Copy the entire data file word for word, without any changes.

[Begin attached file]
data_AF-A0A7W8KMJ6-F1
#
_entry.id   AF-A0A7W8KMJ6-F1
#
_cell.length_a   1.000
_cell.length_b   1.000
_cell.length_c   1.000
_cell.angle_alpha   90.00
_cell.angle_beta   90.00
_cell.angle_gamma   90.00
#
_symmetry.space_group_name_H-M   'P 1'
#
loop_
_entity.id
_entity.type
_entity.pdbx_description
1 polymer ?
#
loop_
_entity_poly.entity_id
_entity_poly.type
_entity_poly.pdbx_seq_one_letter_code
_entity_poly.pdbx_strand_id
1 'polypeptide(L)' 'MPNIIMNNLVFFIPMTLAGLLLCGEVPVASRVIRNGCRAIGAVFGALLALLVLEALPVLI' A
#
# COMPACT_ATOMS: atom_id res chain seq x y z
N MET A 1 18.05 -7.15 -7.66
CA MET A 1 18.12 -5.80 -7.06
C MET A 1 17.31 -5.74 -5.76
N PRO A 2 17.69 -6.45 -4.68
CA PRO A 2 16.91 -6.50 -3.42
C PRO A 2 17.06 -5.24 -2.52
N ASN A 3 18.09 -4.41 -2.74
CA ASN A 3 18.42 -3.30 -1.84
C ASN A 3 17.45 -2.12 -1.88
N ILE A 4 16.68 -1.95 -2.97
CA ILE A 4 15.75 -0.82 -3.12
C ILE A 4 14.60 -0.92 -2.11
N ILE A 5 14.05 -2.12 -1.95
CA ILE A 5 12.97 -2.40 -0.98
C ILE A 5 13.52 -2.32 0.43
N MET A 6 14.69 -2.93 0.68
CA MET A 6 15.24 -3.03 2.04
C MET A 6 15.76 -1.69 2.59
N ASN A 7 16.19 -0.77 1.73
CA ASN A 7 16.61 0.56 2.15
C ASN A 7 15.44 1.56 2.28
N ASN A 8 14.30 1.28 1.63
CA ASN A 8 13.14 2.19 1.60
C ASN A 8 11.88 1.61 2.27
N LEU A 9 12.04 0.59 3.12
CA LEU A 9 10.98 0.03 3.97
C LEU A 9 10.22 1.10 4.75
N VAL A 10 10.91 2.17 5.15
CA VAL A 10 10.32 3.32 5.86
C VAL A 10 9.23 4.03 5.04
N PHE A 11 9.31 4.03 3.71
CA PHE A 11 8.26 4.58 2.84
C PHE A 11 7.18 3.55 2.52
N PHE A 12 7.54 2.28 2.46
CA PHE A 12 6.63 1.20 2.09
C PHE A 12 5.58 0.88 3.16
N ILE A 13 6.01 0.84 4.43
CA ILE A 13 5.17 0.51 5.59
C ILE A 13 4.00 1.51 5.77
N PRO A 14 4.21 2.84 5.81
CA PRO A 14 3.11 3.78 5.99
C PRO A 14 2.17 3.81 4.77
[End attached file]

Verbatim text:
data_AF-A0A7W8KMJ6-F1
#
_entry.id   AF-A0A7W8KMJ6-F1
#
_cell.length_a   1.000
_cell.length_b   1.000
_cell.length_c   1.000
_cell.angle_alpha   90.00
_cell.angle_beta   90.00
_cell.angle_gamma   90.00
#
_symmetry.space_group_name_H-M   'P 1'
#
loop_
_entity.id
_entity.type
_entity.pdbx_description
1 polymer ?
#
loop_
_entity_poly.entity_id
_entity_poly.type
_entity_poly.pdbx_seq_one_letter_code
_entity_poly.pdbx_strand_id
1 'polypeptide(L)' 'MPNIIMNNLVFFIPMTLAGLLLCGEVPVASRVIRNGCRAIGAVFGALLALLVLEALPVLI' A
#
# COMPACT_ATOMS: atom_id res chain seq x y z
N MET A 1 18.05 -7.15 -7.66
CA MET A 1 18.12 -5.80 -7.06
C MET A 1 17.31 -5.74 -5.76
N PRO A 2 17.69 -6.45 -4.68
CA PRO A 2 16.91 -6.50 -3.42
C PRO A 2 17.06 -5.24 -2.52
N ASN A 3 18.09 -4.41 -2.74
CA ASN A 3 18.42 -3.30 -1.84
C ASN A 3 17.45 -2.12 -1.88
N ILE A 4 16.68 -1.95 -2.97
CA ILE A 4 15.75 -0.82 -3.12
C ILE A 4 14.60 -0.92 -2.11
N ILE A 5 14.05 -2.12 -1.95
CA ILE A 5 12.97 -2.40 -0.98
C ILE A 5 13.52 -2.32 0.43
N MET A 6 14.69 -2.93 0.68
CA MET A 6 15.24 -3.03 2.04
C MET A 6 15.76 -1.69 2.59
N ASN A 7 16.19 -0.77 1.73
CA ASN A 7 16.61 0.56 2.15
C ASN A 7 15.44 1.56 2.28
N ASN A 8 14.30 1.28 1.63
CA ASN A 8 13.14 2.19 1.60
C ASN A 8 11.88 1.61 2.27
N LEU A 9 12.04 0.59 3.12
CA LEU A 9 10.98 0.03 3.97
C LEU A 9 10.22 1.10 4.75
N VAL A 10 10.91 2.17 5.15
CA VAL A 10 10.32 3.32 5.86
C VAL A 10 9.23 4.03 5.04
N PHE A 11 9.31 4.03 3.71
CA PHE A 11 8.26 4.58 2.84
C PHE A 11 7.18 3.55 2.52
N PHE A 12 7.54 2.28 2.46
CA PHE A 12 6.63 1.20 2.09
C PHE A 12 5.58 0.88 3.16
N ILE A 13 6.01 0.84 4.43
CA ILE A 13 5.17 0.51 5.59
C ILE A 13 4.00 1.51 5.77
N PRO A 14 4.21 2.84 5.81
CA PRO A 14 3.11 3.78 5.99
C PRO A 14 2.17 3.81 4.77